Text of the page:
Cocoa-Rubbed Pork Loin with Bacon Whiskey Gravy

Bacon. Whiskey. Chocolate. Based on my latest kitchen endeavors, I’ve found that these three ingredients are universally appealing to just about everyone, and especially when used together. I used to be a clear liquor sort of girl that scrunched her nose in the face of brown liquor, but then I started watching How I Met Your Mother and decided that Robin was the kind of girl I wanted to be and the rest is history. Simon suggested this dish to me, and I was like, fuck yeah! Let’s do this!

I trawled the Internet and found this Food Network recipe, but decided to use pork instead of beef. The pork ended up tender and juicy because it was baked instead of pan-fried like the steak would have been. We also substituted cognac for whiskey because that’s all there was available, and cognac, being a spirit distilled from wine, gave the gravy a more delicate flavor than whiskey would have. The gravy is really, really tasty, and the copious amounts of heavy cream and bacon makes it better. It’s not a terribly complicated recipe, and it’s certainly restaurant-worthy. Try it!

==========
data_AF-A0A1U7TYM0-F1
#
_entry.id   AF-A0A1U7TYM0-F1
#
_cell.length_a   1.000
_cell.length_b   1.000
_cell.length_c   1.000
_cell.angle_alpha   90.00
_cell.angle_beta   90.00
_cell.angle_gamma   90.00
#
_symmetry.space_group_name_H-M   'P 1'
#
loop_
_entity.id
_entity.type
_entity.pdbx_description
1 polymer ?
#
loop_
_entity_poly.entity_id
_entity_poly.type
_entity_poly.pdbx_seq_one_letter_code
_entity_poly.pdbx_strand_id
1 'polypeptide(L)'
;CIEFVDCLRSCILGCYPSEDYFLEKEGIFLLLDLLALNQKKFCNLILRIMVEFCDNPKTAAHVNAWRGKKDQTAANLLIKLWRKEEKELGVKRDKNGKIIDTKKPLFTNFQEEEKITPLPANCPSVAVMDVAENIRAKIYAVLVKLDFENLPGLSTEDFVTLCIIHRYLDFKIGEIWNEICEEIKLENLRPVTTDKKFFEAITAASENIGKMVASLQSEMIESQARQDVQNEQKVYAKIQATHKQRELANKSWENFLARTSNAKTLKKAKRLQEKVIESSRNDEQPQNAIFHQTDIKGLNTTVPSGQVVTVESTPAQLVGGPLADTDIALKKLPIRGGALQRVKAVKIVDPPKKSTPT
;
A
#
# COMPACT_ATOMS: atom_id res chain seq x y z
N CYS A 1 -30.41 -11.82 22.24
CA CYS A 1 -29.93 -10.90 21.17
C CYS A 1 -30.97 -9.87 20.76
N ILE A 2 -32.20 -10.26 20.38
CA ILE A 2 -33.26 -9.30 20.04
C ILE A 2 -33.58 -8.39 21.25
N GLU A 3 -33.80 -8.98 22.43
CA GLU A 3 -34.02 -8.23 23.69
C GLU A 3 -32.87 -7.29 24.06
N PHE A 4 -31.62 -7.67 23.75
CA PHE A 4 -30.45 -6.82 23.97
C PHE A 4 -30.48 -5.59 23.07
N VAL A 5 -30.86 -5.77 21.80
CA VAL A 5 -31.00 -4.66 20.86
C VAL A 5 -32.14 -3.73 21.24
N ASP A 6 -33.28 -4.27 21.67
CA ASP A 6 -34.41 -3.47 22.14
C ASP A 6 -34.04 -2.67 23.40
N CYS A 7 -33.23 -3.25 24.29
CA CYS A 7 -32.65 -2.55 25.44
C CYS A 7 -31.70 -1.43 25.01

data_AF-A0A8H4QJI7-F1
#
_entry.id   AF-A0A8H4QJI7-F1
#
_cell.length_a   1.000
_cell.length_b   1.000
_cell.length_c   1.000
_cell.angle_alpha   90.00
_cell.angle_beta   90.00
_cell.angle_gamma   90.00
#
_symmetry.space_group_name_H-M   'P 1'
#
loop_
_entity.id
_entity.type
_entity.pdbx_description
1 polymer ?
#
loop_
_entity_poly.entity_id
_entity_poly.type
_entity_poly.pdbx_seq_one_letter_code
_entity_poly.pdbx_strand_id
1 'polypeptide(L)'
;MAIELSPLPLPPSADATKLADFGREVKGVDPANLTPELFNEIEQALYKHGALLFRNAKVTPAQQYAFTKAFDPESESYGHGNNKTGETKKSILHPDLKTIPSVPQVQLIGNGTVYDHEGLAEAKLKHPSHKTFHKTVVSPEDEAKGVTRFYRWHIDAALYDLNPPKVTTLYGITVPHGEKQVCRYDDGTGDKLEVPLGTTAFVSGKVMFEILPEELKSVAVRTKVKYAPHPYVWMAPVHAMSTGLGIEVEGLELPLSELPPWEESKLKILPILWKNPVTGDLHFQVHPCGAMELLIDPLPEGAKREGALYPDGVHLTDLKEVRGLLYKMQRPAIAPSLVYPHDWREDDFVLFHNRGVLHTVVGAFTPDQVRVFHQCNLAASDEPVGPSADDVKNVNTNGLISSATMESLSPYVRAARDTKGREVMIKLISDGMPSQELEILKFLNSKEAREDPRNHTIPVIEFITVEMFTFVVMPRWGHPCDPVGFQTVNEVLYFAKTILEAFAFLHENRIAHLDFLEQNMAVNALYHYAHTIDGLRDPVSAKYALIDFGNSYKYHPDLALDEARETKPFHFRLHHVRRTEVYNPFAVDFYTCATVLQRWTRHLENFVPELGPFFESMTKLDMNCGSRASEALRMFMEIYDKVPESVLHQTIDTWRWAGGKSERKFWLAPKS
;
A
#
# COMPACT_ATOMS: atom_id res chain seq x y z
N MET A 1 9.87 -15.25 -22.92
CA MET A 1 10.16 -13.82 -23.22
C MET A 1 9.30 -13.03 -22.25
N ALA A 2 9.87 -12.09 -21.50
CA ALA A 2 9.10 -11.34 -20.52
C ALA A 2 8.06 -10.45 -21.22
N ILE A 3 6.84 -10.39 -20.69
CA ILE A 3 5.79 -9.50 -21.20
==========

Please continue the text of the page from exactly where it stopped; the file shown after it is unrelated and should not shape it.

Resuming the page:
Cocoa-Rubbed Pork Loin with Bacon Whiskey Gravy
Adapted from Food Network
Makes 6 servings

Ingredients
For the pork:

1 tablespoon unsweetened cocoa powder
2 teaspoons sweet paprika
1/4 teaspoon smoked paprika
1 teaspoon packed light brown sugar
1/4 teaspoon cayenne pepper
Kosher salt
2 1-pound boneless pork loin
1 tablespoon unsalted butter, cubed

For the gravy:

4 strips bacon, diced
1 leek (white and light green parts only), finely chopped
1 tablespoon all-purpose flour
1/2 cup whiskey (I used cognac)
3 cups low-sodium chicken broth
2 bay leaves (I omitted this)
1/2 cup heavy cream
1 tablespoon unsalted butter
2 tablespoons chopped fresh parsley
Kosher salt and freshly ground pepper

Directions

Make the pork loin: Preheat the oven to 350 F. Mix the cocoa powder, both paprikas, brown sugar, cayenne and 2 teaspoons salt; rub on the pork loin and bring to room temperature, 30 minutes. Distribute butter on pork loin and bake in a pan for 30-40 minutes.

Make the gravy: Cook the bacon in a large skillet over medium heat, stirring, until crisp, about 5 minutes. Remove to paper towels with a slotted spoon; set aside. Add the leek to the drippings and cook until soft, about 3 minutes. Add the flour and cook, stirring, 1 minute.

Remove the skillet from the heat. Add the whiskey, then return to medium heat; if the alcohol ignites, let the flames die out. Bring to a simmer and cook, stirring occasionally, until slightly thickened, about 2 minutes. Add the chicken broth and bay leaves. Bring to a boil over medium-high heat and cook until the mixture is reduced by one-quarter, about 8 minutes. Whisk in the heavy cream and simmer, stirring occasionally, until the gravy coats a spoon, about 7 minutes. Stir in the butter, reserved bacon and parsley; season with salt and pepper. Keep warm.